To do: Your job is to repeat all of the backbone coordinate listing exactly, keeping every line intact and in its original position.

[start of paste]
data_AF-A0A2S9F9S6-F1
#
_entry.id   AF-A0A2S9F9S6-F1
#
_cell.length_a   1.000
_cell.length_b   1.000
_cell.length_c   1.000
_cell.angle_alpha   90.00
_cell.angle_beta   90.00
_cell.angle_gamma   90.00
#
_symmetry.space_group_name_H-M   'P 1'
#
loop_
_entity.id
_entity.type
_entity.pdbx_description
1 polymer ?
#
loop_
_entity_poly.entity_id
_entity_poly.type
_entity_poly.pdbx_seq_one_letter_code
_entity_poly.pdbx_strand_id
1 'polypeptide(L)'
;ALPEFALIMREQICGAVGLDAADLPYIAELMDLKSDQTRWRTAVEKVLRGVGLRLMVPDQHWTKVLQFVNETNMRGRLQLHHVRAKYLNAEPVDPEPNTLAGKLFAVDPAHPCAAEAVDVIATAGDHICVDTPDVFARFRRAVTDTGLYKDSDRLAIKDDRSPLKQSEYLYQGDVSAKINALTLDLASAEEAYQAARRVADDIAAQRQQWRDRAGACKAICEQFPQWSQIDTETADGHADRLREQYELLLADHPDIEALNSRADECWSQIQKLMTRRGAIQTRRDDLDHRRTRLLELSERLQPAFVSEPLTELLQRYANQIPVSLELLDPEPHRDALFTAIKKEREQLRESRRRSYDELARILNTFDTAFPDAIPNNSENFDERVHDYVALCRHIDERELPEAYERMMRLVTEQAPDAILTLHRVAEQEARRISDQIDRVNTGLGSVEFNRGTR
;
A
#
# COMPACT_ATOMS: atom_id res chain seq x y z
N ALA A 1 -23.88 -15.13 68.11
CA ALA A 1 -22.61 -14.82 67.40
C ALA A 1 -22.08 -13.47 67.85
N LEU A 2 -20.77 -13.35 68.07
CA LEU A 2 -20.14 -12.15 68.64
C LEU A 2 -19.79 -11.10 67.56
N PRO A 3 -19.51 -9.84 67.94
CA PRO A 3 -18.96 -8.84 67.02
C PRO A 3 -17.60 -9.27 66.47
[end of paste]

data_AF-A0A2S9F9S6-F1
#
_entry.id   AF-A0A2S9F9S6-F1
#
_cell.length_a   1.000
_cell.length_b   1.000
_cell.length_c   1.000
_cell.angle_alpha   90.00
_cell.angle_beta   90.00
_cell.angle_gamma   90.00
#
_symmetry.space_group_name_H-M   'P 1'
#
loop_
_entity.id
_entity.type
_entity.pdbx_description
1 polymer ?
#
loop_
_entity_poly.entity_id
_entity_poly.type
_entity_poly.pdbx_seq_one_letter_code
_entity_poly.pdbx_strand_id
1 'polypeptide(L)'
;ALPEFALIMREQICGAVGLDAADLPYIAELMDLKSDQTRWRTAVEKVLRGVGLRLMVPDQHWTKVLQFVNETNMRGRLQLHHVRAKYLNAEPVDPEPNTLAGKLFAVDPAHPCAAEAVDVIATAGDHICVDTPDVFARFRRAVTDTGLYKDSDRLAIKDDRSPLKQSEYLYQGDVSAKINALTLDLASAEEAYQAARRVADDIAAQRQQWRDRAGACKAICEQFPQWSQIDTETADGHADRLREQYELLLADHPDIEALNSRADECWSQIQKLMTRRGAIQTRRDDLDHRRTRLLELSERLQPAFVSEPLTELLQRYANQIPVSLELLDPEPHRDALFTAIKKEREQLRESRRRSYDELARILNTFDTAFPDAIPNNSENFDERVHDYVALCRHIDERELPEAYERMMRLVTEQAPDAILTLHRVAEQEARRISDQIDRVNTGLGSVEFNRGTR
;
A
#
# COMPACT_ATOMS: atom_id res chain seq x y z
N ALA A 1 -23.88 -15.13 68.11
CA ALA A 1 -22.61 -14.82 67.40
C ALA A 1 -22.08 -13.47 67.85
N LEU A 2 -20.77 -13.35 68.07
CA LEU A 2 -20.14 -12.15 68.64
C LEU A 2 -19.79 -11.10 67.56
N PRO A 3 -19.51 -9.84 67.94
CA PRO A 3 -18.96 -8.84 67.02
C PRO A 3 -17.60 -9.27 66.47